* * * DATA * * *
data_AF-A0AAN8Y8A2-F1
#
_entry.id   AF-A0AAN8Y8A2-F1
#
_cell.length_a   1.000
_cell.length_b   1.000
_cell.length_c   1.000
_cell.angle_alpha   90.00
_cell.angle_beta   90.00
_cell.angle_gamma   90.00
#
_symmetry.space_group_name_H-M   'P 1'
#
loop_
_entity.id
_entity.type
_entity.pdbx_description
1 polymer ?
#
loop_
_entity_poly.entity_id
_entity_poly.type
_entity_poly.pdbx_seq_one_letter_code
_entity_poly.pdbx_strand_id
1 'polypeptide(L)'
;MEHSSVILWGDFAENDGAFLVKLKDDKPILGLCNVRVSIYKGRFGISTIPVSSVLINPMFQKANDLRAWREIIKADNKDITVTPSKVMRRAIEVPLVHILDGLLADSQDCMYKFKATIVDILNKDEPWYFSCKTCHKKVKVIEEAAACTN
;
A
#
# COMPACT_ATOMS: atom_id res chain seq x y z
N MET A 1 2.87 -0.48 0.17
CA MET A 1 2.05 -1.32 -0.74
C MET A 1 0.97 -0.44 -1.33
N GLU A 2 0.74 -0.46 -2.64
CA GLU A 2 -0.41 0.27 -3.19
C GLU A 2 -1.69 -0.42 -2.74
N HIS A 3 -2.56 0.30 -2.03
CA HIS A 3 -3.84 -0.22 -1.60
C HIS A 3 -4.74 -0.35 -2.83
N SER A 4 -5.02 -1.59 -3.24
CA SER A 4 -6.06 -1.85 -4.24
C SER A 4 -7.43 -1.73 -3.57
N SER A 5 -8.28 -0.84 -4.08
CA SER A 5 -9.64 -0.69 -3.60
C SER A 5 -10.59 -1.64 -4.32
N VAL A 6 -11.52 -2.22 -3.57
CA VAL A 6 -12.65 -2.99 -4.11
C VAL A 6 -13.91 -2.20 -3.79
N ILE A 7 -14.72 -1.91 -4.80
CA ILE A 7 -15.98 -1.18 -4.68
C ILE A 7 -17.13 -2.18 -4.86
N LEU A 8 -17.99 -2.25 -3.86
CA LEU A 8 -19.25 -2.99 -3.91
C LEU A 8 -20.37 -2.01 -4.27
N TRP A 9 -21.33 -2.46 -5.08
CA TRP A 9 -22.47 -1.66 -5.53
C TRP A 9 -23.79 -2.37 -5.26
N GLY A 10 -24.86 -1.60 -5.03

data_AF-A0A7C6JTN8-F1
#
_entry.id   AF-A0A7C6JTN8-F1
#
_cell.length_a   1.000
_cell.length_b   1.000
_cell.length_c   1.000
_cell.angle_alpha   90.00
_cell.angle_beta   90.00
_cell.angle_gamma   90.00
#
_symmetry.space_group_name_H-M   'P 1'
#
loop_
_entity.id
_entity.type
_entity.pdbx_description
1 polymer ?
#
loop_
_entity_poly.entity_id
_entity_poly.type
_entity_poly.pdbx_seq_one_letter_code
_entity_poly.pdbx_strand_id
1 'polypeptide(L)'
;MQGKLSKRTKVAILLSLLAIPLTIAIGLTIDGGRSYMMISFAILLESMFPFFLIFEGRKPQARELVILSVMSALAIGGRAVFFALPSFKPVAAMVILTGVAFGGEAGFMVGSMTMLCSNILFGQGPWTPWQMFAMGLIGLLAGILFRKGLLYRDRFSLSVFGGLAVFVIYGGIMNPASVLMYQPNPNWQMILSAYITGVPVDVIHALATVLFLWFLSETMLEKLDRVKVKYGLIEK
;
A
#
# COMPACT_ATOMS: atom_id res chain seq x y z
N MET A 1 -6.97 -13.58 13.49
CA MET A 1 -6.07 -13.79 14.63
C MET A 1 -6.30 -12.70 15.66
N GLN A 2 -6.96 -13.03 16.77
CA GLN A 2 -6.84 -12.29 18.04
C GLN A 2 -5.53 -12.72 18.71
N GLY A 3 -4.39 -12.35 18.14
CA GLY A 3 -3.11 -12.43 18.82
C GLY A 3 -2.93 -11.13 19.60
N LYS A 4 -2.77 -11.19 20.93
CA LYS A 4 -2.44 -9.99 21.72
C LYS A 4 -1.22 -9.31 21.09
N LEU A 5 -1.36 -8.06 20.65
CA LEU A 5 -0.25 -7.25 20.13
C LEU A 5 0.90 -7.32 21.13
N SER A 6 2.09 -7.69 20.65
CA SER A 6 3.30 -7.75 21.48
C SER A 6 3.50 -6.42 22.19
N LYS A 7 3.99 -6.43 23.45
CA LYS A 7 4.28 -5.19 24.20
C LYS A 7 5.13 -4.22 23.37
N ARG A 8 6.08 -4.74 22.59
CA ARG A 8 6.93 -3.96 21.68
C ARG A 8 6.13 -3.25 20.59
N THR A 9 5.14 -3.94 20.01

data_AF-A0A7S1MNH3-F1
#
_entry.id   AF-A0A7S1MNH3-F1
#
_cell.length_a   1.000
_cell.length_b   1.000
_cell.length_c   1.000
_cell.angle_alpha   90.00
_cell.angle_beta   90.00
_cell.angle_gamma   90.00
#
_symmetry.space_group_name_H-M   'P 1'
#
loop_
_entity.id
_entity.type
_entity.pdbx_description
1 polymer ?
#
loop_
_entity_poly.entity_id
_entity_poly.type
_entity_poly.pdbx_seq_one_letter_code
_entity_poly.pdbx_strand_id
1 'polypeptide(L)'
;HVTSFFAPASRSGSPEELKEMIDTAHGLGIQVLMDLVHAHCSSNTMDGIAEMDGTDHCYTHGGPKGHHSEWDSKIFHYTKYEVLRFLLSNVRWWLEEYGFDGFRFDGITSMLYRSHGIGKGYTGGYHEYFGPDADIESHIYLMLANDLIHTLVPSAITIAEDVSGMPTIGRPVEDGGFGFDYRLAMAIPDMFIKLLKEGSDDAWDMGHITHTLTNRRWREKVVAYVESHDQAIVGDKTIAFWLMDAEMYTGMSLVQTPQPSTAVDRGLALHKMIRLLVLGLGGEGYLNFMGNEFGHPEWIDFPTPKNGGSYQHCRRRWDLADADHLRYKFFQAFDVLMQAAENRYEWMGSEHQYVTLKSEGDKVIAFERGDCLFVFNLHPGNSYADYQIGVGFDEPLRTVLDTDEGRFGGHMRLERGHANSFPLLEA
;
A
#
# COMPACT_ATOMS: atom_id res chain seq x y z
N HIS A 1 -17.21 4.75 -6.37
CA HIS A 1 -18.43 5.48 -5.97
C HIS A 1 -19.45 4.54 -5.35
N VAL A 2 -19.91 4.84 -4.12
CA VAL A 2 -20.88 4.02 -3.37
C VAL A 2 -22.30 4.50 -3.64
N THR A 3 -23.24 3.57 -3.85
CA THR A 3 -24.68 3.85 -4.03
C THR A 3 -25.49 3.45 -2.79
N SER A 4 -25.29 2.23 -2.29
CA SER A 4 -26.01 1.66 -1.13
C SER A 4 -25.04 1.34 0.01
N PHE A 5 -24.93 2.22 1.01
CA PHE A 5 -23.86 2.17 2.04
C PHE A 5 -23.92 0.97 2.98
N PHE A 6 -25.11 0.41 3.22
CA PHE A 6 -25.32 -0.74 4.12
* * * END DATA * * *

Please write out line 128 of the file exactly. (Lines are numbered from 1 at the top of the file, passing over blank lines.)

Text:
_entity.id